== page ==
Difference between revisions of "1982 IMO Problems/Problem 4"
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Prove that if <math>n</math> is a positive integer such that the equation <math>x^3-3xy^2+y^3=n</math> has a solution in integers <math>x,y</math>, then it has at least three such solutions. Show that the equation has no solutions in integers for <math>n=2891</math>. | Prove that if <math>n</math> is a positive integer such that the equation <math>x^3-3xy^2+y^3=n</math> has a solution in integers <math>x,y</math>, then it has at least three such solutions. Show that the equation has no solutions in integers for <math>n=2891</math>. | ||
+ | ==Solution== | ||
Suppose the equation <math>x^3-3xy^2+y^3=n</math> has solution in integers <math>(x,y)</math> with <math>y=x+k</math>. Then, completing the cube yields <math>(y-x)^3-3x^2y+2x^3</math>. Using the substitution <math>y=x+k</math> yields <math>k^3-3kx^2-x^3=n</math>. Notice that equality directly implies that <math>(k,-x)</math> is also a solution to the original equation. Applying the transformation again yields that <math>(-x-k,-k)</math> is also a solution. We show that these three solutions are indeed distinct: If <math>(x,y)=(k,-x)</math> then <math>x=k,x+k=-x</math> which only has solution <math>x=k=0</math> which implies that <math>n</math> is not a positive integer, a contradiction. Similarly, since the transformation from <math>(k,-x)</math> to <math>(-x-k,-k)</math> and <math>(-x-k,-k)</math> to <math>(x,y)</math> is the same as the transformation from <math>(x,y)</math> to <math>(k,-x)</math>, we have that the three solutions are pairwise distinct. | Suppose the equation <math>x^3-3xy^2+y^3=n</math> has solution in integers <math>(x,y)</math> with <math>y=x+k</math>. Then, completing the cube yields <math>(y-x)^3-3x^2y+2x^3</math>. Using the substitution <math>y=x+k</math> yields <math>k^3-3kx^2-x^3=n</math>. Notice that equality directly implies that <math>(k,-x)</math> is also a solution to the original equation. Applying the transformation again yields that <math>(-x-k,-k)</math> is also a solution. We show that these three solutions are indeed distinct: If <math>(x,y)=(k,-x)</math> then <math>x=k,x+k=-x</math> which only has solution <math>x=k=0</math> which implies that <math>n</math> is not a positive integer, a contradiction. Similarly, since the transformation from <math>(k,-x)</math> to <math>(-x-k,-k)</math> and <math>(-x-k,-k)</math> to <math>(x,y)</math> is the same as the transformation from <math>(x,y)</math> to <math>(k,-x)</math>, we have that the three solutions are pairwise distinct. | ||
For the case <math>n=2891</math>, notice that <math>7|n</math>. Considering all solutions modulo <math>7</math> of the equation <math>x^3-3xy^2+y^3\equiv0\pmod{7}</math> yields only <math>x\equiv y\equiv 0\pmod{7}</math>. But, this implies that <math>7^3</math> divides <math>2891</math> which is clearly not true. | For the case <math>n=2891</math>, notice that <math>7|n</math>. Considering all solutions modulo <math>7</math> of the equation <math>x^3-3xy^2+y^3\equiv0\pmod{7}</math> yields only <math>x\equiv y\equiv 0\pmod{7}</math>. But, this implies that <math>7^3</math> divides <math>2891</math> which is clearly not true. | ||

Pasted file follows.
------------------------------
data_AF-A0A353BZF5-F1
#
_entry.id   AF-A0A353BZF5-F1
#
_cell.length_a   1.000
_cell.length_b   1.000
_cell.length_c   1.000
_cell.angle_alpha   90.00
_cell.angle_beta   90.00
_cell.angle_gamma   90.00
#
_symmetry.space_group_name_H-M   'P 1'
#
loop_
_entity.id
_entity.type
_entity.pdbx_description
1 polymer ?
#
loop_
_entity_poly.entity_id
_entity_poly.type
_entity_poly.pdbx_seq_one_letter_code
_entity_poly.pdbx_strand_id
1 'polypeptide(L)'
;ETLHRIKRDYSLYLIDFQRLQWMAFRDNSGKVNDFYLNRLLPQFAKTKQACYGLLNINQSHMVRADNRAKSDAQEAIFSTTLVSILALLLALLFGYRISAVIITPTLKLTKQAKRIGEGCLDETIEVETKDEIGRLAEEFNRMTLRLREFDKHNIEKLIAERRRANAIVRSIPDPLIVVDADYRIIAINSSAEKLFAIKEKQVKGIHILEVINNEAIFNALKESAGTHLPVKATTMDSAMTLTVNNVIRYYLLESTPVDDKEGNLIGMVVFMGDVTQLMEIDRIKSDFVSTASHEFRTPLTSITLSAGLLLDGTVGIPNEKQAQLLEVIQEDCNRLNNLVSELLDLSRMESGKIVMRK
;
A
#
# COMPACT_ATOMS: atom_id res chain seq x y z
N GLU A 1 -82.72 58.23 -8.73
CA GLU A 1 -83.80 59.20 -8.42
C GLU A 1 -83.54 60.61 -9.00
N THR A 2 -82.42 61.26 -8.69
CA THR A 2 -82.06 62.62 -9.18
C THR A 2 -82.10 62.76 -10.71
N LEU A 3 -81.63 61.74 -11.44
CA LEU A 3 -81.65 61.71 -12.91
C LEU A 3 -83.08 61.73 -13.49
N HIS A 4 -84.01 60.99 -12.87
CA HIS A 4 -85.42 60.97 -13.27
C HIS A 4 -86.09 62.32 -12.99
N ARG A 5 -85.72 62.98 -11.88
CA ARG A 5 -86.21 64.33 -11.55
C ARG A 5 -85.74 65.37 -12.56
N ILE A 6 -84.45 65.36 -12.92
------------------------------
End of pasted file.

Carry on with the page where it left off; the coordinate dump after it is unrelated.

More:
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+ | {{IMO box|year=1982|num-b=3|num-a=5}} | ||
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+ | [[Category:Olympiad Number Theory Problems]] |
Latest revision as of 21:52, 7 December 2008
Problem
Prove that if is a positive integer such that the equation has a solution in integers , then it has at least three such solutions. Show that the equation has no solutions in integers for .
Solution
Suppose the equation has solution in integers with . Then, completing the cube yields . Using the substitution yields . Notice that equality directly implies that is also a solution to the original equation. Applying the transformation again yields that is also a solution. We show that these three solutions are indeed distinct: If then which only has solution which implies that is not a positive integer, a contradiction. Similarly, since the transformation from to and to is the same as the transformation from to , we have that the three solutions are pairwise distinct.
For the case , notice that . Considering all solutions modulo of the equation yields only . But, this implies that divides which is clearly not true.
1982 IMO (Problems) • Resources | ||
Preceded by Problem 3 |
1 • 2 • 3 • 4 • 5 • 6 | Followed by Problem 5 |
All IMO Problems and Solutions |